Candidate Seth Grossman Compares Kavanaugh Inquiry To Lynching Of Jews, Blacks
A Republican Jewish congressional candidate in New Jersey who once said “diversity is a bunch of crap” again sparked outrage when he compared the sexual assault allegations against Supreme Court nominee Brett Kavanaugh to the lynching of “innocent Jewish and black men.”
Seth Grossman, who according to a recent poll is trailing Democrat Jeff Van Drew by 23 points in an Atlantic City-centered district that President Trump won in 2016, made his latest inflammatory remarks on Oct. 2, just a little over a month before Election Day.
“To me, there’s no evidence whatsoever that Kavanaugh did anything wrong, and the fact that he’s being forced to defend himself 35 years later is nothing less of an outrage,” the New Jersey Globe reported Grossman saying.
“The whole circumstance of waiting until the completion of the hearings before even bringing this to his attention, everything — I guess the best I can say is, it reminds me of when innocent Jewish and black men were lynched 100 years ago based on unsubstantiated accusations of a single woman. That’s what it reminds me of. It’s a modern-day lynching as far as I’m concerned.”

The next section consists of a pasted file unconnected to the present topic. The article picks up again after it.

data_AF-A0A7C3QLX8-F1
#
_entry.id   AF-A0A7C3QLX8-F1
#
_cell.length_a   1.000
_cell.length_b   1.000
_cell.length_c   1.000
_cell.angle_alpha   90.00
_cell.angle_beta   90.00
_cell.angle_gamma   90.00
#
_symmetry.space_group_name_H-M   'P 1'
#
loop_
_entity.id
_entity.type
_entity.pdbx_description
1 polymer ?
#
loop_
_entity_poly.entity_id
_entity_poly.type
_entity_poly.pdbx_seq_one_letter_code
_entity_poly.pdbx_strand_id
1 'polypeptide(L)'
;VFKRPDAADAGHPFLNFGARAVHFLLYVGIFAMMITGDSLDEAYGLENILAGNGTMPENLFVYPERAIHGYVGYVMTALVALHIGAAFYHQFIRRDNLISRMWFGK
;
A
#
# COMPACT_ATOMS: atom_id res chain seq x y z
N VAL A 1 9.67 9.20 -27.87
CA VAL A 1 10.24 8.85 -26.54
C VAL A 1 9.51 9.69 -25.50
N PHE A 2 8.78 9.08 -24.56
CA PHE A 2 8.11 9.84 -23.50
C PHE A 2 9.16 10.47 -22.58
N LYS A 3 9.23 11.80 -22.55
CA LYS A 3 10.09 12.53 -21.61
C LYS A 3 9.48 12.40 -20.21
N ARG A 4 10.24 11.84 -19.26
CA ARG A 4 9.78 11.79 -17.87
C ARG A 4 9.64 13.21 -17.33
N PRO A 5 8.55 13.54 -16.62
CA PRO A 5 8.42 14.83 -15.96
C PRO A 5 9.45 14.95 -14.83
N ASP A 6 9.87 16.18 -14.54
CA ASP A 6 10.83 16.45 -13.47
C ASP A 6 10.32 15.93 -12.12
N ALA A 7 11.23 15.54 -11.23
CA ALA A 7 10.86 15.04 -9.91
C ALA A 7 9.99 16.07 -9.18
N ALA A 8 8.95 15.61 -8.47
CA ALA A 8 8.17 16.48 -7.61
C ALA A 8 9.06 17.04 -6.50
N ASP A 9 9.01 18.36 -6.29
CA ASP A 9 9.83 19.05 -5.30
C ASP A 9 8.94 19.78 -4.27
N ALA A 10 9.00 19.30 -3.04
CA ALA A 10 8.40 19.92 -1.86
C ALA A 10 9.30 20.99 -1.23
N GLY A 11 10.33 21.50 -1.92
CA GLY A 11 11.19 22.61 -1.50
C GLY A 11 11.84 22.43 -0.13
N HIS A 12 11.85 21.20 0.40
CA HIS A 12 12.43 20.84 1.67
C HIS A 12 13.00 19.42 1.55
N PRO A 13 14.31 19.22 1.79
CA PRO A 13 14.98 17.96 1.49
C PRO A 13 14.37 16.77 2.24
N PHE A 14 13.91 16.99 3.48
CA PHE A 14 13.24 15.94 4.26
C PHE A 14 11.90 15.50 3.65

The lawyer first sparked national outrage back in April when he made the disparaging remarks about diversity.
He again caused an uproar several months later when he shared several articles from well-known white nationalist websites on his Facebook page.
Grossman defend his comments about Kavanaugh, tweeting on Oct. 3 that Democrats were trying to “smear” the federal judge.
You’ve seen @DNC smear #Kavanaugh. Now think of what would happen if #JeffVanDrew wins #NJ02 & Democrats take over Congress: #TaxCuts REPEALED. #TrumpEconomy RUINED. #MAGA FINISHED. @realDonaldTrump IMPEACHED. Stop #NewVanDrew from doing to America what he’s already done to #NJ
— Seth Grossman (@Grossman4NJ) October 3, 2018
Non-partisan election forecasters Cook Political Report, Sabato’s Crystal Ball and Inside Elections all now rate the race as a likely pick up for Democrats, who need to win 23 seats to flip the House in November.